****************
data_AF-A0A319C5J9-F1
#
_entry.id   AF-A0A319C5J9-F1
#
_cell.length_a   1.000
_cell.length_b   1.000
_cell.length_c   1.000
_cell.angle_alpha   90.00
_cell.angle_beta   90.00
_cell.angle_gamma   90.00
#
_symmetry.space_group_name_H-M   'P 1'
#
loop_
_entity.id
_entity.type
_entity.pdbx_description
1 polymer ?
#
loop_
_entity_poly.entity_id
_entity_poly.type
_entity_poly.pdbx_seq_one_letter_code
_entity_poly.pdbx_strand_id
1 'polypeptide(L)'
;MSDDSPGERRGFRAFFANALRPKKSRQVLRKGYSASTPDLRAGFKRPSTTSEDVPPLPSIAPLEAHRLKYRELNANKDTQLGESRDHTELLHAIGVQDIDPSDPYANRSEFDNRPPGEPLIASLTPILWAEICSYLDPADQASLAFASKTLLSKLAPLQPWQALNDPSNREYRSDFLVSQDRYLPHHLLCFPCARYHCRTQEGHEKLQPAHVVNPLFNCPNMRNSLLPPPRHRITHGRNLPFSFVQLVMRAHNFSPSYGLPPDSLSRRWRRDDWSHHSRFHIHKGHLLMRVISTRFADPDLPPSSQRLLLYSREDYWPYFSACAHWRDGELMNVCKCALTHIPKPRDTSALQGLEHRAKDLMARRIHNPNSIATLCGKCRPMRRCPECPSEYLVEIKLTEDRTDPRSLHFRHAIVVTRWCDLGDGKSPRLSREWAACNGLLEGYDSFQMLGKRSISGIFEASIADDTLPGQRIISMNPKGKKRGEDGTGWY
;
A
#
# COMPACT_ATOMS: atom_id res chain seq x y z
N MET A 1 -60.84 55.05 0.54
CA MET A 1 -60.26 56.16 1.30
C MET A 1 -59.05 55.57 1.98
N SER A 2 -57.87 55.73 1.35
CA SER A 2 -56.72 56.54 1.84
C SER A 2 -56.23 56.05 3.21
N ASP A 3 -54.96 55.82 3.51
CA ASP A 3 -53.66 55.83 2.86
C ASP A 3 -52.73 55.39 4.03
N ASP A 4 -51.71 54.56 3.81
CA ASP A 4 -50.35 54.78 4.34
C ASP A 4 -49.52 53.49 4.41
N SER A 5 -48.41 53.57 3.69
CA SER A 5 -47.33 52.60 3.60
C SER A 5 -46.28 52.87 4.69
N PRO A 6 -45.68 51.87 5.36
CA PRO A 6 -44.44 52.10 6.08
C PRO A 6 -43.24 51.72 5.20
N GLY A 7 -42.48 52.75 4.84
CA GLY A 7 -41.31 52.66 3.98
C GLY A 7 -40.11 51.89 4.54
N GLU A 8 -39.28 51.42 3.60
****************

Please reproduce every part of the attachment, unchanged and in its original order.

data_AF-A0A319C5J9-F1
#
_entry.id   AF-A0A319C5J9-F1
#
_cell.length_a   1.000
_cell.length_b   1.000
_cell.length_c   1.000
_cell.angle_alpha   90.00
_cell.angle_beta   90.00
_cell.angle_gamma   90.00
#
_symmetry.space_group_name_H-M   'P 1'
#
loop_
_entity.id
_entity.type
_entity.pdbx_description
1 polymer ?
#
loop_
_entity_poly.entity_id
_entity_poly.type
_entity_poly.pdbx_seq_one_letter_code
_entity_poly.pdbx_strand_id
1 'polypeptide(L)'
;MSDDSPGERRGFRAFFANALRPKKSRQVLRKGYSASTPDLRAGFKRPSTTSEDVPPLPSIAPLEAHRLKYRELNANKDTQLGESRDHTELLHAIGVQDIDPSDPYANRSEFDNRPPGEPLIASLTPILWAEICSYLDPADQASLAFASKTLLSKLAPLQPWQALNDPSNREYRSDFLVSQDRYLPHHLLCFPCARYHCRTQEGHEKLQPAHVVNPLFNCPNMRNSLLPPPRHRITHGRNLPFSFVQLVMRAHNFSPSYGLPPDSLSRRWRRDDWSHHSRFHIHKGHLLMRVISTRFADPDLPPSSQRLLLYSREDYWPYFSACAHWRDGELMNVCKCALTHIPKPRDTSALQGLEHRAKDLMARRIHNPNSIATLCGKCRPMRRCPECPSEYLVEIKLTEDRTDPRSLHFRHAIVVTRWCDLGDGKSPRLSREWAACNGLLEGYDSFQMLGKRSISGIFEASIADDTLPGQRIISMNPKGKKRGEDGTGWY
;
A
#
# COMPACT_ATOMS: atom_id res chain seq x y z
N MET A 1 -60.84 55.05 0.54
CA MET A 1 -60.26 56.16 1.30
C MET A 1 -59.05 55.57 1.98
N SER A 2 -57.87 55.73 1.35
CA SER A 2 -56.72 56.54 1.84
C SER A 2 -56.23 56.05 3.21
N ASP A 3 -54.96 55.82 3.51
CA ASP A 3 -53.66 55.83 2.86
C ASP A 3 -52.73 55.39 4.03
N ASP A 4 -51.71 54.56 3.81
CA ASP A 4 -50.35 54.78 4.34
C ASP A 4 -49.52 53.49 4.41
N SER A 5 -48.41 53.57 3.69
CA SER A 5 -47.33 52.60 3.60
C SER A 5 -46.28 52.87 4.69
N PRO A 6 -45.68 51.87 5.36
CA PRO A 6 -44.44 52.10 6.08
C PRO A 6 -43.24 51.72 5.20
N GLY A 7 -42.48 52.75 4.84
CA GLY A 7 -41.31 52.66 3.98
C GLY A 7 -40.11 51.89 4.54
N GLU A 8 -39.28 51.42 3.60